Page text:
Also, I have to agree that your husband is wonderful!! I'm reminded of your post when you said you are liberated because your husband respects you enough to recognize the sacrifices you have made by choosing to stay at home. That was so well observed and appropriately stated. You are so lucky to have a husband who treats you as a true partner and who is eager to give you your well-deserved break.

  3. Oh, sister. The days that I feel magenta at some point far outnumber the ones that I don't. And your needs aren't unreasonable or demanding by any measure, rest assured. If I look back over similar emails to Jamison, I alternate feeling completely sorry for myself and my plight and feeling small, selfish, and more than a little mean and ungrateful. But there are days when I feel like I'm drowning. And the only way to make it bearable is having the option to get away from it, as awful as that may sound.

    I honestly believe that staying home with little ones is simultaneously the absolute most demanding job and the absolute most rewarding job there is out there. But the fact of the matter is that it's still a job, albeit one with no beginning and no discernible end (thank goodness, obviously, for that!), coupled with the lousy pay and the sometimes stifling sense of isolation. And add in the fact that the sheer repetition can get to be a bit mind-numbing and you've got a perfect storm for unrest.

    It doesn't help that, according to the internet, my house isn't clean or orderly enough, my children aren't as brilliant and well-behaved as apparently everyone else's are, and my sorry self isn't nearly well-dressed enough. And don't even get me started on the silliness that is Pinterest. (I don't mean to offend any avid Pinterest peeps out there. For me, it's just a way to reinforce that I'm not crafty enough, original enough, motivated enough, tasteful enough, charitable enough, kind enough, organized enough...and on and on.) So I've started on a new internet diet. I only read blogs/visit websites/etc. that make me feel good about myself, or that make me happy that the author(s) and I inhabit the same planet, who support my idea that most people are (a) genuinely good people who (b) also have faults and flaws and who (c) openly admit and even embrace them. I give myself 30 minutes every day (hence no blog posts from me of late) and I have to say that I'm honestly a happier person after beginning my self-imposed restriction.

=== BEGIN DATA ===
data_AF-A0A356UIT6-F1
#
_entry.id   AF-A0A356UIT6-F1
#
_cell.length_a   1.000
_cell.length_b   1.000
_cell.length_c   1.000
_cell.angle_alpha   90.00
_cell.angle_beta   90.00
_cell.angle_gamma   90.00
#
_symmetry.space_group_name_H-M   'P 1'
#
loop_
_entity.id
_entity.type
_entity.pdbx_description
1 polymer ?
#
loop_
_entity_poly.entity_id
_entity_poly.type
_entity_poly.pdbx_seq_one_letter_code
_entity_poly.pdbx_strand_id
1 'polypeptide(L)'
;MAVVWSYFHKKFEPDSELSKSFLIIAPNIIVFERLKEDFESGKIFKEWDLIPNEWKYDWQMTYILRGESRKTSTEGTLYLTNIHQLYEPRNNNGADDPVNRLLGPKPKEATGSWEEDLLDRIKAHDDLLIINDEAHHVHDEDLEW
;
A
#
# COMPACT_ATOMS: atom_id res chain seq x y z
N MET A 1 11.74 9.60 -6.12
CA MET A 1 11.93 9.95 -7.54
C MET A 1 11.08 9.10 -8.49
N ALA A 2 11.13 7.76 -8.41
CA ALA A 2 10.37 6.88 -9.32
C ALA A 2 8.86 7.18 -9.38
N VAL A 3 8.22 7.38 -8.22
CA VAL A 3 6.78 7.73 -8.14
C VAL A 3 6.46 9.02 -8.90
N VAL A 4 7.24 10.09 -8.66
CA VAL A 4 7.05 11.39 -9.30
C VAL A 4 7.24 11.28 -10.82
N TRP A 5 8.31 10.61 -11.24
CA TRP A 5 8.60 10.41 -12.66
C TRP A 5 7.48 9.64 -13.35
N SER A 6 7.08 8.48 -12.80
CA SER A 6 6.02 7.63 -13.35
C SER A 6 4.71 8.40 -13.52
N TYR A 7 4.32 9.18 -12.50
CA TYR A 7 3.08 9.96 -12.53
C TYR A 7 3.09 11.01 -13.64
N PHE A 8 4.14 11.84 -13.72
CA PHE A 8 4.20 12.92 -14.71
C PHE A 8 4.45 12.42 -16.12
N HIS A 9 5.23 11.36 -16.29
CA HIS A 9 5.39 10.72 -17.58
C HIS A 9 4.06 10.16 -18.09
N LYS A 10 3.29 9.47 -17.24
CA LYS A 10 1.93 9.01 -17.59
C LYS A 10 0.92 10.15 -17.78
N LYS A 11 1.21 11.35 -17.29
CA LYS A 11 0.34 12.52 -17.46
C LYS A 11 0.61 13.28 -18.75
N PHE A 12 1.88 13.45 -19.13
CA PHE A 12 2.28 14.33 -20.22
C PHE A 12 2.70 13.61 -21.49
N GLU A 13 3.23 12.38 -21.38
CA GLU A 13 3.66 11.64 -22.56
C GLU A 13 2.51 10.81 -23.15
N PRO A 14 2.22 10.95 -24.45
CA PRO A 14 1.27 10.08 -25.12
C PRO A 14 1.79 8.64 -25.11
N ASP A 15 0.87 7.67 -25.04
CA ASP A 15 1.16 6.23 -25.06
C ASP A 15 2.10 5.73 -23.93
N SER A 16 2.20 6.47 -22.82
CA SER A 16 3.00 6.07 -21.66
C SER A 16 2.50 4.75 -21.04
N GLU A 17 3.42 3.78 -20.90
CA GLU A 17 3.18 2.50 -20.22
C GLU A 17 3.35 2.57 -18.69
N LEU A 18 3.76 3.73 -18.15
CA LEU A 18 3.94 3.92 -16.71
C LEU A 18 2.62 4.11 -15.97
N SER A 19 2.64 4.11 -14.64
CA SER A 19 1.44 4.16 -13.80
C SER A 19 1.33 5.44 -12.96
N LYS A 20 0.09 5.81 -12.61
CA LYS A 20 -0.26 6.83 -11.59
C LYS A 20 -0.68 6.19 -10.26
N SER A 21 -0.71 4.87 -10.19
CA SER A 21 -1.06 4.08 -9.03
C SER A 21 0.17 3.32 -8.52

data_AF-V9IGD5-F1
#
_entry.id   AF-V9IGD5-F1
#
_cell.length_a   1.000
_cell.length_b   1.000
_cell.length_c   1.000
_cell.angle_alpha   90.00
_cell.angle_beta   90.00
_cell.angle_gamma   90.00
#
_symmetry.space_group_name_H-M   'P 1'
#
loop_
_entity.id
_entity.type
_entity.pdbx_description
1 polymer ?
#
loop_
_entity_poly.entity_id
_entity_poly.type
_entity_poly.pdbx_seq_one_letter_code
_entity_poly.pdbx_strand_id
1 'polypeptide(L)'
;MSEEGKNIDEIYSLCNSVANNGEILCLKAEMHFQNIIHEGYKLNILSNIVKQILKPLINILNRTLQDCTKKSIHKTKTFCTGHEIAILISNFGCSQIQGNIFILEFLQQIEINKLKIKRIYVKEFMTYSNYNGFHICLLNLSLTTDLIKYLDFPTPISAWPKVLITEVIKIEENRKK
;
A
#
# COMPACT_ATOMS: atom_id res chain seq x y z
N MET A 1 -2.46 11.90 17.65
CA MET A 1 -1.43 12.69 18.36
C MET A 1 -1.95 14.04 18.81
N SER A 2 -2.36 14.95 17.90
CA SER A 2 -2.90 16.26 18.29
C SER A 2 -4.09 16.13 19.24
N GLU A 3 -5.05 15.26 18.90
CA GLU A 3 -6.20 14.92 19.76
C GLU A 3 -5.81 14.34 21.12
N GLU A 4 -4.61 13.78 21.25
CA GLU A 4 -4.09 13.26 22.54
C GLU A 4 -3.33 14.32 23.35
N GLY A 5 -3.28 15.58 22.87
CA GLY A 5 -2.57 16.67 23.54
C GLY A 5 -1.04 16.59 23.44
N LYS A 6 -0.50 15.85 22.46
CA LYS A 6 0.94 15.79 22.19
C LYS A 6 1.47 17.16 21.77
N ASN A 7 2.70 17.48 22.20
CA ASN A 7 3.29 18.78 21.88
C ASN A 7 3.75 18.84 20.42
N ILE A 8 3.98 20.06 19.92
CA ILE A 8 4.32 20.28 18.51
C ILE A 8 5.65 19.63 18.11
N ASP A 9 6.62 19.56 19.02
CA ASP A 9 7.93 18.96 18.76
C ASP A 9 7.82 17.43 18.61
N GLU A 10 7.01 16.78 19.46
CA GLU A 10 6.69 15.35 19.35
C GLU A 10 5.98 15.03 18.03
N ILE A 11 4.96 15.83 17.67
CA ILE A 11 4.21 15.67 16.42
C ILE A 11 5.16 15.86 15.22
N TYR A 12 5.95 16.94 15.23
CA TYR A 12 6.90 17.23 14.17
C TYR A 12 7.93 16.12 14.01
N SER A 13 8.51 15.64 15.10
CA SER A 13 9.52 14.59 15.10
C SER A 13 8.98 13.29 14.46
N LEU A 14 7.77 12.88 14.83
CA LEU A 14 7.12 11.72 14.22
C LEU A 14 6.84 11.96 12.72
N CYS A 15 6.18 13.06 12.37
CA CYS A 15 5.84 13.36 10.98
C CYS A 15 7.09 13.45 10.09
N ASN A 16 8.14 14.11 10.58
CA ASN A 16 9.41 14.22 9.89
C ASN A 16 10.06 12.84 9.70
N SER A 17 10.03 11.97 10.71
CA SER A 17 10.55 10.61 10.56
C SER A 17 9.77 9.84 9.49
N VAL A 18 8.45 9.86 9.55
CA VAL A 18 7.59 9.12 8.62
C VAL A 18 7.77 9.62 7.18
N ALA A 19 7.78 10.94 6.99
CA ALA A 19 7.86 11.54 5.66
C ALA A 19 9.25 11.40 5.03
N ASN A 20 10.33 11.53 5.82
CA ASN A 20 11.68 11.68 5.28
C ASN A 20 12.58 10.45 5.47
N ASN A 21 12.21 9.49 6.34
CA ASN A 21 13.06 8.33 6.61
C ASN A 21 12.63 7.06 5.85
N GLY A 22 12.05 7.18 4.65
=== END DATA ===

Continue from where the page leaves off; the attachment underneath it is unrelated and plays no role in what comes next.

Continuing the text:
I could really write a book for this comment but please know that you're not alone in this. Take Will up on any and every offer of time away for you and don't feel guilty about it for a second. And take care of yourself! Go to your parents', drink lots of wine and let them take care of you. You deserve it!